Scarlet amaryllis flower 2020

Amaryllis Unfolding

I’ve had this one amaryllis among my houseplants for years. Maybe decades. I can’t remember where I got it and have no idea what its variety name is. It’s a basic bright scarlet. No stripes or two-tone effects.

I vaguely recall it blooming long ago and trying various techniques to get it to rebloom — putting it outside for the summer, withholding water when leaves started yellowing, etc. What happened was the bulb split into three smaller bulbs. I potted them individually and grew them on. Sometimes one of them surprised me and put out a bloom stalk, but the bulbs remained small.

I must have figured out the proper treatment somewhere along the line. One bulb, which spent most of the time in an east window, got bigger and fatter. It has bloomed reliably, and this year (after a splendid growth of leaves last spring and summer) decided to form not one, but two bloom stalks. What is strange is that it never had the necessary period of dormancy first. A couple of leaves started to yellow last fall, so I reduced watering in preparation for dormancy during the winter. Instead, the plant sprouted a bud! So I resumed watering and moved it to a south window. A few weeks later, a second bud emerged. Thrills and excitement!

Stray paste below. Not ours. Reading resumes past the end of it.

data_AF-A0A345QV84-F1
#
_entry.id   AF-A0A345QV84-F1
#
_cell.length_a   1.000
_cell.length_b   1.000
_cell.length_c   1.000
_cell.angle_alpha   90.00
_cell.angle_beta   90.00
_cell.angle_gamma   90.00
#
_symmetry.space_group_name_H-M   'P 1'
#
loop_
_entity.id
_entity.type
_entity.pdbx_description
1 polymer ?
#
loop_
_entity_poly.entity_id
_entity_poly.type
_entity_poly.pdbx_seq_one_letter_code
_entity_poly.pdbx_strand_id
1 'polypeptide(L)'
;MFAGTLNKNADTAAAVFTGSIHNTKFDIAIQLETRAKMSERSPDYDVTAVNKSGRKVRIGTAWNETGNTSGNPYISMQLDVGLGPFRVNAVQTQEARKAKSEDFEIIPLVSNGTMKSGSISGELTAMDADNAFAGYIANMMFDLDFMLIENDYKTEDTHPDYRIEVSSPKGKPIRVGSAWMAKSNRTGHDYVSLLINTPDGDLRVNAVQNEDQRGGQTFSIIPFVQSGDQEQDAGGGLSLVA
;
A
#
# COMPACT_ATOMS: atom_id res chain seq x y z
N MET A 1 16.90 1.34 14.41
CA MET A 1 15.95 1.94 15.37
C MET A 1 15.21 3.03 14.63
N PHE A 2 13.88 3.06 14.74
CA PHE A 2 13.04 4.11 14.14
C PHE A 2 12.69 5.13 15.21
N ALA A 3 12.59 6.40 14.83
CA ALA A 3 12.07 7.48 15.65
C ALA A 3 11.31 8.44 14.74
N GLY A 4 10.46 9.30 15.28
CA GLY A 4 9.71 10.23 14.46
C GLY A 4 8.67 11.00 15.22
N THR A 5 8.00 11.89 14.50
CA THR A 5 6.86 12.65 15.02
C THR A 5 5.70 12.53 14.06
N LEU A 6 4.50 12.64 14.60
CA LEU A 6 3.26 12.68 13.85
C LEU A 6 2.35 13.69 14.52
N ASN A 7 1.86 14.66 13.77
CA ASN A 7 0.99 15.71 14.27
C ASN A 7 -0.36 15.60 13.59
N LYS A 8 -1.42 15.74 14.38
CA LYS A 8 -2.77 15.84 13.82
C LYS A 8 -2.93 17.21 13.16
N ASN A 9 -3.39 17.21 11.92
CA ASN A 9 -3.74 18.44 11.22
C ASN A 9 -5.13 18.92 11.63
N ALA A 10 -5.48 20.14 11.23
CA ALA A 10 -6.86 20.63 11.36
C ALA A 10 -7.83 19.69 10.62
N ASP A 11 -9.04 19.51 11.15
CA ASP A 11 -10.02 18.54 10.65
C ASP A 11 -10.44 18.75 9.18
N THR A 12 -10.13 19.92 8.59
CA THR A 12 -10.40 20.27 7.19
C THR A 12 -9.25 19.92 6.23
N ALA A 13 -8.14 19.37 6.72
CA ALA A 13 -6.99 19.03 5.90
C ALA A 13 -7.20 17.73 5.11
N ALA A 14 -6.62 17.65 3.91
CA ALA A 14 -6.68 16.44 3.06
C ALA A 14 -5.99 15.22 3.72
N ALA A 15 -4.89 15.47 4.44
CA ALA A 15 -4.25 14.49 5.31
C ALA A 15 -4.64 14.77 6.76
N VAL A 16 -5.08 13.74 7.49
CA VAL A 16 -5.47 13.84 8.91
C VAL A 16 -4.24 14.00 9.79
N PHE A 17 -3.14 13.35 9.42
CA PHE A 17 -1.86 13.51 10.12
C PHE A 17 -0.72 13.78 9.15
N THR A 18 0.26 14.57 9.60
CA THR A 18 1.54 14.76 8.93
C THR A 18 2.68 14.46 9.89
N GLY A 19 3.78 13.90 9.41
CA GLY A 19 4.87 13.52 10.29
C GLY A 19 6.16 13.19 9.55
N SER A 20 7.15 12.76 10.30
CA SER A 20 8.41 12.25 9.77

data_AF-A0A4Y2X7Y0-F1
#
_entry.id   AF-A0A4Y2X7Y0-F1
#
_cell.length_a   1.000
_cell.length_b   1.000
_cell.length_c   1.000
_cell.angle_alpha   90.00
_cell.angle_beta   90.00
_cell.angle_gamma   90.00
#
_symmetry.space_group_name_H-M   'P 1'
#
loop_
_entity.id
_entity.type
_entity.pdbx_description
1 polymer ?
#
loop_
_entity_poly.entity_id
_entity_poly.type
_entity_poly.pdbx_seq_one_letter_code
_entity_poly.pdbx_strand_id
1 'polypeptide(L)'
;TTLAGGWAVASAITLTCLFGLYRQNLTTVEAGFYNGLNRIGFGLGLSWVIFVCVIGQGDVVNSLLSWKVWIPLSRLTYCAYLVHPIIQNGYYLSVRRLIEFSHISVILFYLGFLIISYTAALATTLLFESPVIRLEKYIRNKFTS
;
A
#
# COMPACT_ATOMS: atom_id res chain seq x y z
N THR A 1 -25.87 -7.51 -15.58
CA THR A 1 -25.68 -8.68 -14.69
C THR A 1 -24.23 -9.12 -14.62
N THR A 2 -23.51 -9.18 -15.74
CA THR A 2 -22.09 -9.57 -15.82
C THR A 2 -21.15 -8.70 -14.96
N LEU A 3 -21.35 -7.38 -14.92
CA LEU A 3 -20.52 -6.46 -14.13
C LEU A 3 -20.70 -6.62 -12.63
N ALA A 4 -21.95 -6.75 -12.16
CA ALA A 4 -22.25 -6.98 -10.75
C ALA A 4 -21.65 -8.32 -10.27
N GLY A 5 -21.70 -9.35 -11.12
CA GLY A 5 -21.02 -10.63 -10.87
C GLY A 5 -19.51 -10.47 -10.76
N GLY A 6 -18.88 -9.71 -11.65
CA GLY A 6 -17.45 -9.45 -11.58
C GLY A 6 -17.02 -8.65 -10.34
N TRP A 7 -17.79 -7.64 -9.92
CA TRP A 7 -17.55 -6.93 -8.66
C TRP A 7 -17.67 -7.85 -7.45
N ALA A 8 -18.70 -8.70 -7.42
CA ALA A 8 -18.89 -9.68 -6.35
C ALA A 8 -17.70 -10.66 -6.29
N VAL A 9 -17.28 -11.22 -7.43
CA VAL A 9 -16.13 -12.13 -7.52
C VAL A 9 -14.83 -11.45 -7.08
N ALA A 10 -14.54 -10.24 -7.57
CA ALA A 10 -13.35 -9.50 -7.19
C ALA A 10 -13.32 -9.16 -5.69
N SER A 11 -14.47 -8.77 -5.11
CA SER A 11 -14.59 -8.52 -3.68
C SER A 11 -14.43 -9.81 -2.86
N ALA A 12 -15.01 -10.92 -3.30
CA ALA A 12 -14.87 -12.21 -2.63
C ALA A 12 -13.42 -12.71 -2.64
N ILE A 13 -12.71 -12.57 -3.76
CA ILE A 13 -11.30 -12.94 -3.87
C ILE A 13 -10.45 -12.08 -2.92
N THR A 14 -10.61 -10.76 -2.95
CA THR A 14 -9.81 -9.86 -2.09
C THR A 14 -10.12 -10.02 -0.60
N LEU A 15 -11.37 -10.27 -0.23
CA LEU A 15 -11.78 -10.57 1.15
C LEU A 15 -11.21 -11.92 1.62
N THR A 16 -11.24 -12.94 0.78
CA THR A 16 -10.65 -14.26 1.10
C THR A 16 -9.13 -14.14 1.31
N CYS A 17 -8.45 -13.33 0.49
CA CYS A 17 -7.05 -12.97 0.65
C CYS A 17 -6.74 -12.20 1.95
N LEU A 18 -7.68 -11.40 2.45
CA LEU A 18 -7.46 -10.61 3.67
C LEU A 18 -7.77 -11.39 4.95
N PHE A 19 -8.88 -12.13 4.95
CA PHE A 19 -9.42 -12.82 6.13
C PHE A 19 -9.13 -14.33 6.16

Here is a series of pictures from bud to bloom, January 26th to February 2nd.

Scarlet amaryllis bud opening 2020
Scarlet amaryllis bud opening 2020
Scarlet amaryllis bud unfolding 2020
Scarlet amaryllis buds about to open 2020
Scarlet amaryllis flower 2020
The first of four flowers!
Second amaryllis bud developing 2020
The second bud. Maybe only two flowers rather than four.

41 comments

  1. It looks like it could be a ‘Red Lion.’ Amaryllis are mysterious plants in that they often do what we don’t expect AND they choose their own time to do it. Beautiful photos, Audrey!

    Liked by 1 person

    1. Thank you, Steve. I will return it to that spot once it’s finished blooming. Right now I have it in a room with venetian blinds on the window because I wouldn’t want those big red flowers to attract hummingbirds into collisions with the glass.

      Liked by 1 person

    1. They are sold that way sometimes. I bought one called “Apple Blossom” at a post-Christmas sale and discovered that there were no drainage holes in the pot and the “soil” was pure peat moss, intended only to hold the plant up until it was finished blooming, when it would be discarded. I repotted the bulb into better dirt and hope it will rebloom some day.

      Liked by 1 person

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